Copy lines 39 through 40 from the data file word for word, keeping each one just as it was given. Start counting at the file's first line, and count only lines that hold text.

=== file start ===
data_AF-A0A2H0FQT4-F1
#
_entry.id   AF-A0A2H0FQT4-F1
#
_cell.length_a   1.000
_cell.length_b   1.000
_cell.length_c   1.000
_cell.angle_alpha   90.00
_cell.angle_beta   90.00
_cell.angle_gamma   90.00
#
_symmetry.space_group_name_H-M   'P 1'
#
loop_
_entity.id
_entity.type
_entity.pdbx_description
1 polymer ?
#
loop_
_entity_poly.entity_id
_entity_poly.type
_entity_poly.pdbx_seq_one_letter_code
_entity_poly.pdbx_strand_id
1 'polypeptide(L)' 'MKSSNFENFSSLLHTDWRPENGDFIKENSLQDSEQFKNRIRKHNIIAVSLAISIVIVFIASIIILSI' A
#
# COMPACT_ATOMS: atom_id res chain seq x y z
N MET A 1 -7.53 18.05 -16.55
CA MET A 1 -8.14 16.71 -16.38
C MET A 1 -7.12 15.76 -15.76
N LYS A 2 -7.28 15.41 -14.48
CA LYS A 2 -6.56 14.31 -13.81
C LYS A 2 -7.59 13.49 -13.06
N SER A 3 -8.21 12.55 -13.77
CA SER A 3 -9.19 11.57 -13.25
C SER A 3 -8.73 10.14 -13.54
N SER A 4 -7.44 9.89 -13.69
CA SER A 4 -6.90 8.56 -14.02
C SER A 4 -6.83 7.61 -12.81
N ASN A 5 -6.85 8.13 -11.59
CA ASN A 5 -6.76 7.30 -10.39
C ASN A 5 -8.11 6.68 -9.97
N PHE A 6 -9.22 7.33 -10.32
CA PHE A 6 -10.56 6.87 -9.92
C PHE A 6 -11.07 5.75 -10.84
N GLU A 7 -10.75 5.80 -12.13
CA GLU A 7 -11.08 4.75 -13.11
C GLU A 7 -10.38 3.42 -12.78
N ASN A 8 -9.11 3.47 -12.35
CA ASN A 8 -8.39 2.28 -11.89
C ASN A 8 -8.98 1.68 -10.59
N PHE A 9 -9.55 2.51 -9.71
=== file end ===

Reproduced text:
C SER A 4 -6.83 7.61 -12.81
N ASN A 5 -6.85 8.13 -11.59